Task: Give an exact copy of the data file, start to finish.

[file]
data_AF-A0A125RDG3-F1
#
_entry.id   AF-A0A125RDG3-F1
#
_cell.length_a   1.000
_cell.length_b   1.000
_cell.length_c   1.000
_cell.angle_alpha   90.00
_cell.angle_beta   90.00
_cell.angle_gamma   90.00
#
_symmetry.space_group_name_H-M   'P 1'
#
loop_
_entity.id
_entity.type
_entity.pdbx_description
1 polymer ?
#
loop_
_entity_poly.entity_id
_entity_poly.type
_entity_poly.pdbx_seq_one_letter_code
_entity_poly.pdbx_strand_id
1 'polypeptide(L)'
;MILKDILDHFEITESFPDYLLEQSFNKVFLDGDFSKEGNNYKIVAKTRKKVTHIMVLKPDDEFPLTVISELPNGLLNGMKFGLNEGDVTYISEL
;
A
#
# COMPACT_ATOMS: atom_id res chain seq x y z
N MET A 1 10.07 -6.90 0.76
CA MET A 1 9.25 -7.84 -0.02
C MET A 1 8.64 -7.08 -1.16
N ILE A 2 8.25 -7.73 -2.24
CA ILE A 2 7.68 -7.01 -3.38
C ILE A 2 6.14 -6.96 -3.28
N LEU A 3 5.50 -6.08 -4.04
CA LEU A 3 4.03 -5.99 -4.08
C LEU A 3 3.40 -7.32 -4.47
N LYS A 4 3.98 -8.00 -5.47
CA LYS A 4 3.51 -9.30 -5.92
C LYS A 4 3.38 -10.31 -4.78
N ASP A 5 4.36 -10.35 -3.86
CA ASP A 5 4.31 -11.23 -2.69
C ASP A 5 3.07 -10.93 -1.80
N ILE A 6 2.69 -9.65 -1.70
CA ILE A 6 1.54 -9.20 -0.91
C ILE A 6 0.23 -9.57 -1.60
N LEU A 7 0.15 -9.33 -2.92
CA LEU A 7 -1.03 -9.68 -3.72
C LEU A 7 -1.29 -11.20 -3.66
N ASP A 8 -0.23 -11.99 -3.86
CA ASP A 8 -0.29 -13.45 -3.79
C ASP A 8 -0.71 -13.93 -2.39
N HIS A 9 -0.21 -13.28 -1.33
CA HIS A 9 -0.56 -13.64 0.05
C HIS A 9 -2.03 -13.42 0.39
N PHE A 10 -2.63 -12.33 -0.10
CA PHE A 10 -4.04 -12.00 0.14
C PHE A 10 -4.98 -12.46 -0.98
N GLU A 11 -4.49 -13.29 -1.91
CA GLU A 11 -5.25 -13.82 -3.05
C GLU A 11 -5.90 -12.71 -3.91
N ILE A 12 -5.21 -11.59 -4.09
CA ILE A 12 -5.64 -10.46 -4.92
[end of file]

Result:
data_AF-A0A125RDG3-F1
#
_entry.id   AF-A0A125RDG3-F1
#
_cell.length_a   1.000
_cell.length_b   1.000
_cell.length_c   1.000
_cell.angle_alpha   90.00
_cell.angle_beta   90.00
_cell.angle_gamma   90.00
#
_symmetry.space_group_name_H-M   'P 1'
#
loop_
_entity.id
_entity.type
_entity.pdbx_description
1 polymer ?
#
loop_
_entity_poly.entity_id
_entity_poly.type
_entity_poly.pdbx_seq_one_letter_code
_entity_poly.pdbx_strand_id
1 'polypeptide(L)'
;MILKDILDHFEITESFPDYLLEQSFNKVFLDGDFSKEGNNYKIVAKTRKKVTHIMVLKPDDEFPLTVISELPNGLLNGMKFGLNEGDVTYISEL
;
A
#
# COMPACT_ATOMS: atom_id res chain seq x y z
N MET A 1 10.07 -6.90 0.76
CA MET A 1 9.25 -7.84 -0.02
C MET A 1 8.64 -7.08 -1.16
N ILE A 2 8.25 -7.73 -2.24
CA ILE A 2 7.68 -7.01 -3.38
C ILE A 2 6.14 -6.96 -3.28
N LEU A 3 5.50 -6.08 -4.04
CA LEU A 3 4.03 -5.99 -4.08
C LEU A 3 3.40 -7.32 -4.47
N LYS A 4 3.98 -8.00 -5.47
CA LYS A 4 3.51 -9.30 -5.92
C LYS A 4 3.38 -10.31 -4.78
N ASP A 5 4.36 -10.35 -3.86
CA ASP A 5 4.31 -11.23 -2.69
C ASP A 5 3.07 -10.93 -1.80
N ILE A 6 2.69 -9.65 -1.70
CA ILE A 6 1.54 -9.20 -0.91
C ILE A 6 0.23 -9.57 -1.60
N LEU A 7 0.15 -9.33 -2.92
CA LEU A 7 -1.03 -9.68 -3.72
C LEU A 7 -1.29 -11.20 -3.66
N ASP A 8 -0.23 -11.99 -3.86
CA ASP A 8 -0.29 -13.45 -3.79
C ASP A 8 -0.71 -13.93 -2.39
N HIS A 9 -0.21 -13.28 -1.33
CA HIS A 9 -0.56 -13.64 0.05
C HIS A 9 -2.03 -13.42 0.39
N PHE A 10 -2.63 -12.33 -0.10
CA PHE A 10 -4.04 -12.00 0.14
C PHE A 10 -4.98 -12.46 -0.98
N GLU A 11 -4.49 -13.29 -1.91
CA GLU A 11 -5.25 -13.82 -3.05
C GLU A 11 -5.90 -12.71 -3.91
N ILE A 12 -5.21 -11.59 -4.09
CA ILE A 12 -5.64 -10.46 -4.92